(a) The length is √5 times the length of the edge. The solution is explained here.
(b) A hexagon (shown on the right).
(c) A hexagon (shown below). In fact, the hexagonal cross-section allows a square to be fitted entirely inside it whose dimensions are larger than the sides of the original cube. This insight allows us to solve an old puzzle by Henry Dudeney:
“I had two solid cubes of lead, one very slightly larger than the other, just as shown in the illustration. Through one of them I cut a hole (without destroying the continuity of its four sides) so that the other cube could be passed right through it. On weighing them afterwards it was found that the larger cube was still the heavier of the two! How was this possible?”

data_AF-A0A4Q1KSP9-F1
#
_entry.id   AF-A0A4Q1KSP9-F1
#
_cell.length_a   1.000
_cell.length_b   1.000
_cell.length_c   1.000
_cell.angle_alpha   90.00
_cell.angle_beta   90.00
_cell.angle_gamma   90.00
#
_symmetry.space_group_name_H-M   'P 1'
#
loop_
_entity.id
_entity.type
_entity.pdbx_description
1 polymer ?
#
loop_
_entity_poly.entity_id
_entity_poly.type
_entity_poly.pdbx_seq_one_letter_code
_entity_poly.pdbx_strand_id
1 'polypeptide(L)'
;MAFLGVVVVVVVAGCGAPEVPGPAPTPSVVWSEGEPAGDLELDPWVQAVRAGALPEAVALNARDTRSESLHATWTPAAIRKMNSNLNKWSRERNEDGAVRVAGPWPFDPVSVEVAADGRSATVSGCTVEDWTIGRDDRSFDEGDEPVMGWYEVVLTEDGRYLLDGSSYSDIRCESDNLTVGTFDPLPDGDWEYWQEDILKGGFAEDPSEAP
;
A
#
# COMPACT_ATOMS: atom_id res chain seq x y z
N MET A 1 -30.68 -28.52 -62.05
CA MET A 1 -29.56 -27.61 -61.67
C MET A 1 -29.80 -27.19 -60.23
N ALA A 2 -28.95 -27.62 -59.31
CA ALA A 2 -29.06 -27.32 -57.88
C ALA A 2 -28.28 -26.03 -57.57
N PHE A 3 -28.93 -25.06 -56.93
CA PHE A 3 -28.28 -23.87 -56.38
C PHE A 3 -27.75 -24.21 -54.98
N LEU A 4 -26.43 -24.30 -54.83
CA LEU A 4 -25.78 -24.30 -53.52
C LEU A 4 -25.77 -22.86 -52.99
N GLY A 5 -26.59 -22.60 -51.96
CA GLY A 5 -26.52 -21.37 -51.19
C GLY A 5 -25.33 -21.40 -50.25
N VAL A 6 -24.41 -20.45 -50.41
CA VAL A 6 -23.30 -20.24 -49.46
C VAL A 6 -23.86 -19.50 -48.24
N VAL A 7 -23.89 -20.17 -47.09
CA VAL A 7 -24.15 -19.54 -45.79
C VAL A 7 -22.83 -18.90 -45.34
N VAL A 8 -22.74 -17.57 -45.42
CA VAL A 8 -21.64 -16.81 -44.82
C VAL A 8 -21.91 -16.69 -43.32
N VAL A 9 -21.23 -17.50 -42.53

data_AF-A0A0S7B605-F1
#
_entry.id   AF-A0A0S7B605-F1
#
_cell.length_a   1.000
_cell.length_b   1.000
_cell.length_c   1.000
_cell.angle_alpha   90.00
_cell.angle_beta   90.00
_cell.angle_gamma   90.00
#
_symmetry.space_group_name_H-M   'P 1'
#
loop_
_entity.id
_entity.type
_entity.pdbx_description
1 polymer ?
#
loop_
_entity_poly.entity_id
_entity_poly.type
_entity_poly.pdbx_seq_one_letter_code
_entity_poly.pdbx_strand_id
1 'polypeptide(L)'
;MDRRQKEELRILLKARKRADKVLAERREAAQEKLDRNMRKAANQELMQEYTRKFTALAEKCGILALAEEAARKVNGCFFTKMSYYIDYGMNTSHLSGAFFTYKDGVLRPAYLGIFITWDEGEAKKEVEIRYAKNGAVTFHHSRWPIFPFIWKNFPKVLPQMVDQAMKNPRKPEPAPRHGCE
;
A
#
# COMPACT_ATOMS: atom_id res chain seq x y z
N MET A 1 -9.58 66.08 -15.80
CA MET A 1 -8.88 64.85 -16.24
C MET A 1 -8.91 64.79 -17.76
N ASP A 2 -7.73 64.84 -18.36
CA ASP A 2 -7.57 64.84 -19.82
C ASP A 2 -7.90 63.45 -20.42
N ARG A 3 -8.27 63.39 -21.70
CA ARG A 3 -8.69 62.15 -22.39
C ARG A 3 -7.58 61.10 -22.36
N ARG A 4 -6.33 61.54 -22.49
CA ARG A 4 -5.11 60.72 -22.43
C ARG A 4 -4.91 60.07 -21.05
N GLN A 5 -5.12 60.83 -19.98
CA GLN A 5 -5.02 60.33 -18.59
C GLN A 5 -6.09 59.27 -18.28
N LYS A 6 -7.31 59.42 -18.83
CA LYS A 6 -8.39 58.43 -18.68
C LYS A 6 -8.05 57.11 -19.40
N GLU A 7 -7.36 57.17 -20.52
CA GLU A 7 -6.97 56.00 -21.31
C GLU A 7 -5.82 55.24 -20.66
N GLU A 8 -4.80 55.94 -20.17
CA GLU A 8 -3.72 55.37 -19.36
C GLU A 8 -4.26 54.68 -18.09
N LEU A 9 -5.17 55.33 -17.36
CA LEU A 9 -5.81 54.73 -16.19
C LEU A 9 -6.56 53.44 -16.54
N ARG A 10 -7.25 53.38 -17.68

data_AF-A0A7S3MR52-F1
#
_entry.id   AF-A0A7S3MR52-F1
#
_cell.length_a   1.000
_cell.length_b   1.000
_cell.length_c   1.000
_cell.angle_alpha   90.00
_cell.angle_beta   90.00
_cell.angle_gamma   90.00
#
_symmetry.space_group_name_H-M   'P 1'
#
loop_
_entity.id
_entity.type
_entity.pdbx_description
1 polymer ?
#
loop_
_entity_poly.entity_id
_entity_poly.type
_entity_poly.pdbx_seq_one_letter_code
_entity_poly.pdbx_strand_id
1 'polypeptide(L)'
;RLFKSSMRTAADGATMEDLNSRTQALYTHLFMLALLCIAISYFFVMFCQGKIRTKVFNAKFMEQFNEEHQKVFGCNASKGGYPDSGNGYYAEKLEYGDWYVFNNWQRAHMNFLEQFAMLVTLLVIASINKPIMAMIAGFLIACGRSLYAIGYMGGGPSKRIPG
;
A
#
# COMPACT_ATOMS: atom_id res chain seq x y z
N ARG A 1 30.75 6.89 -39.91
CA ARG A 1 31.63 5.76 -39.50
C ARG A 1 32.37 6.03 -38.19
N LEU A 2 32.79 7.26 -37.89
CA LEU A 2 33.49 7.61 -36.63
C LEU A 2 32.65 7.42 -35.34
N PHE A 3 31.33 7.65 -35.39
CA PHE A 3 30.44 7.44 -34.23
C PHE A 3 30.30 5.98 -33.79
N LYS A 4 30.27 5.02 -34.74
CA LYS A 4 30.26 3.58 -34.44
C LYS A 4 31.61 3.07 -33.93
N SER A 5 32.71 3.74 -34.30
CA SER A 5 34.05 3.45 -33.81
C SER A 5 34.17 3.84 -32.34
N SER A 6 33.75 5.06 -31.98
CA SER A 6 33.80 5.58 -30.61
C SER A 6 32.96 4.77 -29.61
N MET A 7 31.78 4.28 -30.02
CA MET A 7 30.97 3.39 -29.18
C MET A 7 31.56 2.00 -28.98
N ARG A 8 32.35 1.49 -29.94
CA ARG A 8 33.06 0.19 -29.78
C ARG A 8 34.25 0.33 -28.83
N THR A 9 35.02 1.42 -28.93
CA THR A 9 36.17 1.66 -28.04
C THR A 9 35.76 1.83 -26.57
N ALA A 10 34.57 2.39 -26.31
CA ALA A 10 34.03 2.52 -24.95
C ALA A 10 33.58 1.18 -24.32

(d) It is easy to find sequences of 27 distinct small cubes such that pairs of adjacent small cubes have common faces. However, it is not possible for such a sequence to enjoy the additional property that the first and the last small cubes also have a face in common.
Explanation: Color the 1×1×1 cubes either black or white such that any horizontal or vertical 3×3×1 slice looks like a chessboard. In other words, if two 1×1×1 cubes share a face, they are of opposite color. If we visit 27 small cubes in any sequence such that any pair of adjacent small cubes have common faces, then the first and the last cubes must have identical color and therefore will not have a common face.